Tony Blair has said he disregarded his top legal adviser’s warning that attacking Iraq would be illegal without further United Nations (UN) backing because the guidance was “provisional”.
The former prime minister “held to the position” that another UN Security Council resolution explicitly supporting military action was unnecessary despite being told the opposite by attorney general Lord Goldsmith.
Mr Blair said he believed Lord Goldsmith would come around to his interpretation of the legal position once he knew the full history of the negotiations behind UN Security Council resolution 1441, which declared Iraq in “material breach” of its obligations to disarm.
The revelations came as Mr Blair faced a second day of questioning before the official inquiry into the Iraq War about his decision to take Britain into the conflict.
Lord Goldsmith told the ex-prime minister in a six-page draft legal opinion on January 14 2003 that resolution 1441 was not enough on its own to justify the use of force against Iraq.
Mr Blair said in a statement to the inquiry: “I had not yet got to the stage of a formal request for advice and neither had he got to the point of formally giving it. So I was continuing to hold to the position that another resolution was not necessary.”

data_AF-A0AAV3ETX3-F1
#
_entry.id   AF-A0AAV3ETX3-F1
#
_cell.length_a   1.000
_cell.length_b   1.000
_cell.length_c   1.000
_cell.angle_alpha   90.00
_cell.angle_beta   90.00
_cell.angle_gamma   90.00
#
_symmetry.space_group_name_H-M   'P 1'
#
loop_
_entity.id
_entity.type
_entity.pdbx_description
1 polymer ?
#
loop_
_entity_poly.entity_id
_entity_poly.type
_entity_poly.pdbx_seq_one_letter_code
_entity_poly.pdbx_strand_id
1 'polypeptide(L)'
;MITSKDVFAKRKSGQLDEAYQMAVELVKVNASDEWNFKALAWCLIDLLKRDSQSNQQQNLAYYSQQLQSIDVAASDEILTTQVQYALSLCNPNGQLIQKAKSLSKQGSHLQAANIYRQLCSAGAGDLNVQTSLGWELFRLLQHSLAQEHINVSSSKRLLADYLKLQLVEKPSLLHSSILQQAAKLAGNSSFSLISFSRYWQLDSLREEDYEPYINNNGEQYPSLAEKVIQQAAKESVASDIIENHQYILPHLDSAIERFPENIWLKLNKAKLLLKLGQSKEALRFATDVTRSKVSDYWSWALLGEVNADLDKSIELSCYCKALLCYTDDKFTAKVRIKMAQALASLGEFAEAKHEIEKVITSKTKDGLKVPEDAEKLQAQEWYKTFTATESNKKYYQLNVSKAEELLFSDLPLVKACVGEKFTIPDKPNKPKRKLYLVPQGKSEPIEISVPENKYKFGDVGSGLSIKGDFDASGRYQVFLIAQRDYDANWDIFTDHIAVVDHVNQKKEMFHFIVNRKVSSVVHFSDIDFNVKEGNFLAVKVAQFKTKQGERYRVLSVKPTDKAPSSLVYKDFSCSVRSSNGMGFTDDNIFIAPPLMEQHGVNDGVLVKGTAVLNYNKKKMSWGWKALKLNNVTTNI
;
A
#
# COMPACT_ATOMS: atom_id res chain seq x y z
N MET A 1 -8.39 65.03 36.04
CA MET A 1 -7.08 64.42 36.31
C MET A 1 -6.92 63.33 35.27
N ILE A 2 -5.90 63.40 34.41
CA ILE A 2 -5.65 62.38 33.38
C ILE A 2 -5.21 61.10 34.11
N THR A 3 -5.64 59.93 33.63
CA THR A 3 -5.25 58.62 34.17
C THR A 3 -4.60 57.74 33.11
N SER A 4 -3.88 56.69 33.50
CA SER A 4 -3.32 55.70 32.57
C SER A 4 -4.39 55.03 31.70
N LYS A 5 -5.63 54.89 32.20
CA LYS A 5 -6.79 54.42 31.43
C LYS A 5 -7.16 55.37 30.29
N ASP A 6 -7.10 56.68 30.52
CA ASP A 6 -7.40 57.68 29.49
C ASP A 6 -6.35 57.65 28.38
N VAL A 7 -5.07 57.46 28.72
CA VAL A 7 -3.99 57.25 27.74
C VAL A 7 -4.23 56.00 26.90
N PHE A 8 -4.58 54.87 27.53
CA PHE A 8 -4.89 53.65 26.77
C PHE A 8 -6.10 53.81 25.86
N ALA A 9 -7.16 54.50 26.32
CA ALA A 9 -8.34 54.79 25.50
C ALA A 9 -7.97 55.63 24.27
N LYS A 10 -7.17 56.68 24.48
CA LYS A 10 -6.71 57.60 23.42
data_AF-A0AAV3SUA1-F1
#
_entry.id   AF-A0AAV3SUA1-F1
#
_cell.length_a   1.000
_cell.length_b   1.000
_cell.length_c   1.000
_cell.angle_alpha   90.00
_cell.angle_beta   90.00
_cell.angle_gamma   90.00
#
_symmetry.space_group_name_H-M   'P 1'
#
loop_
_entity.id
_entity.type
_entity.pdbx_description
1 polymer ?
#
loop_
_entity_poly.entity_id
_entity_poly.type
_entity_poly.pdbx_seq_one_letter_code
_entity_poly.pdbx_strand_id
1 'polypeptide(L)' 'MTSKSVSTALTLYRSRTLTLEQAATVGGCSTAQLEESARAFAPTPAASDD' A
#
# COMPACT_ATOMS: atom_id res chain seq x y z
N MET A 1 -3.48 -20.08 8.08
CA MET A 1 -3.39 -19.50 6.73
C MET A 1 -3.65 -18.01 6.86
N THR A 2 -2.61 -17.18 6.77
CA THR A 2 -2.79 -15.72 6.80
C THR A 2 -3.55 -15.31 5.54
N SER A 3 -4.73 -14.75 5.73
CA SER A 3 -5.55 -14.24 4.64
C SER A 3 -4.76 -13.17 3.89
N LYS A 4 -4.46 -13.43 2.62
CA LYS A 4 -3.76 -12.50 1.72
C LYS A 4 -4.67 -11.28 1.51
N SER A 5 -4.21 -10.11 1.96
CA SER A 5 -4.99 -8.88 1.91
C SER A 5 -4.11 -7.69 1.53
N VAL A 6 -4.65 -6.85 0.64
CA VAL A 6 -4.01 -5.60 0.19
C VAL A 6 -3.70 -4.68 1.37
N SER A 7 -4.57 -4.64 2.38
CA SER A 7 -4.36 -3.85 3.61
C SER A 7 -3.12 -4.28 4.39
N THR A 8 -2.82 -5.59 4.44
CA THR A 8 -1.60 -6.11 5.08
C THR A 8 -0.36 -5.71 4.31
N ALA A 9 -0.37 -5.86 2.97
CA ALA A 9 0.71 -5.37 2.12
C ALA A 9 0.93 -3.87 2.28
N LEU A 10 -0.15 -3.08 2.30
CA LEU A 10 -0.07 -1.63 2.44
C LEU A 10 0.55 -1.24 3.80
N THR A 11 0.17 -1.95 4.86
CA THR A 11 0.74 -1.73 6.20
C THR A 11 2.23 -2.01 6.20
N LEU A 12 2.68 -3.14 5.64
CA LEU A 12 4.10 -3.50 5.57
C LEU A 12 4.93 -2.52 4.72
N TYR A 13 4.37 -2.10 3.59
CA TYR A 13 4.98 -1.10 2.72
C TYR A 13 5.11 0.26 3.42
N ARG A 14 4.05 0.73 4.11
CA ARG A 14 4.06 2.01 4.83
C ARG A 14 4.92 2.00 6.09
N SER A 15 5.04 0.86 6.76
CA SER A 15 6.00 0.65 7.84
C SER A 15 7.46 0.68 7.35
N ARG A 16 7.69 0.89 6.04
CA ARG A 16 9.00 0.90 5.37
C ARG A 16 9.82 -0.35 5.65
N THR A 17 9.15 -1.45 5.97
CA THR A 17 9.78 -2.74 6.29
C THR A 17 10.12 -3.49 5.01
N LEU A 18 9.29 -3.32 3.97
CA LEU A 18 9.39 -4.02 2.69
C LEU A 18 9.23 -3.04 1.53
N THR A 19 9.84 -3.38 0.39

The former premier said he was aware of Lord Goldsmith’s concerns about the legality of attacking Iraq.
But he added: “I believed that he would, once he was abreast of the British but most of all the US negotiating history, conclude that 1441 meant what it said: Saddam had a final opportunity to comply, failure to do so was a material breach, and that revived the earlier resolutions authorising force.”
Mr Blair was asked about a memo, dated January 30 2003, in which Lord Goldsmith repeated that resolution 1441 did not authorise the use of military force against Iraq on its own. A scribbled note next to this sentence in the former prime minister’s handwriting says: “I just don’t understand this.”
Referring to this comment, Mr Blair said in his statement: “I did not understand how he could reach the conclusion that a further decision was required when expressly we had refused such language in 1441.”